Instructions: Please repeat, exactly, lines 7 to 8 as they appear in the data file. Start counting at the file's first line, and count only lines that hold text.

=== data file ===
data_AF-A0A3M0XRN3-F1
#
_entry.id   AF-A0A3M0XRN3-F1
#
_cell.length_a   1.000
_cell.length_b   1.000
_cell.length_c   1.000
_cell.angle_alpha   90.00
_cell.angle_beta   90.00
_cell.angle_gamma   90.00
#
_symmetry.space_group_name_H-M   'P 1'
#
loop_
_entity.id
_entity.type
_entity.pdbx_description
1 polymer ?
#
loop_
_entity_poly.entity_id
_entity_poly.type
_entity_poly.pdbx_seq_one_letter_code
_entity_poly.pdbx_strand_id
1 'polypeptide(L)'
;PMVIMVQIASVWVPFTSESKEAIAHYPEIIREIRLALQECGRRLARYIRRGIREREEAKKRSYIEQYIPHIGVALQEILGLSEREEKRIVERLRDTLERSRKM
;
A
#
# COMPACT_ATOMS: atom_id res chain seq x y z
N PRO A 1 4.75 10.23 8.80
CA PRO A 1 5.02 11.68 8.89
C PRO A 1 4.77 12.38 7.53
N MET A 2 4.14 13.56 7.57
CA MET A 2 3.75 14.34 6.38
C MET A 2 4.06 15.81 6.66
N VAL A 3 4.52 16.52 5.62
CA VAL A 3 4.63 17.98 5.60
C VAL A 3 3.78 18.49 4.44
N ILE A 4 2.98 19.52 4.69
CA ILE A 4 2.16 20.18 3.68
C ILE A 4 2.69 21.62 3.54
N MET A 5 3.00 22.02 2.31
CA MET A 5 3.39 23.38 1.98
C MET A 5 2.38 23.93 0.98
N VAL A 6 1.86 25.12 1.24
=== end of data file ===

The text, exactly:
_cell.length_c   1.000
_cell.angle_alpha   90.00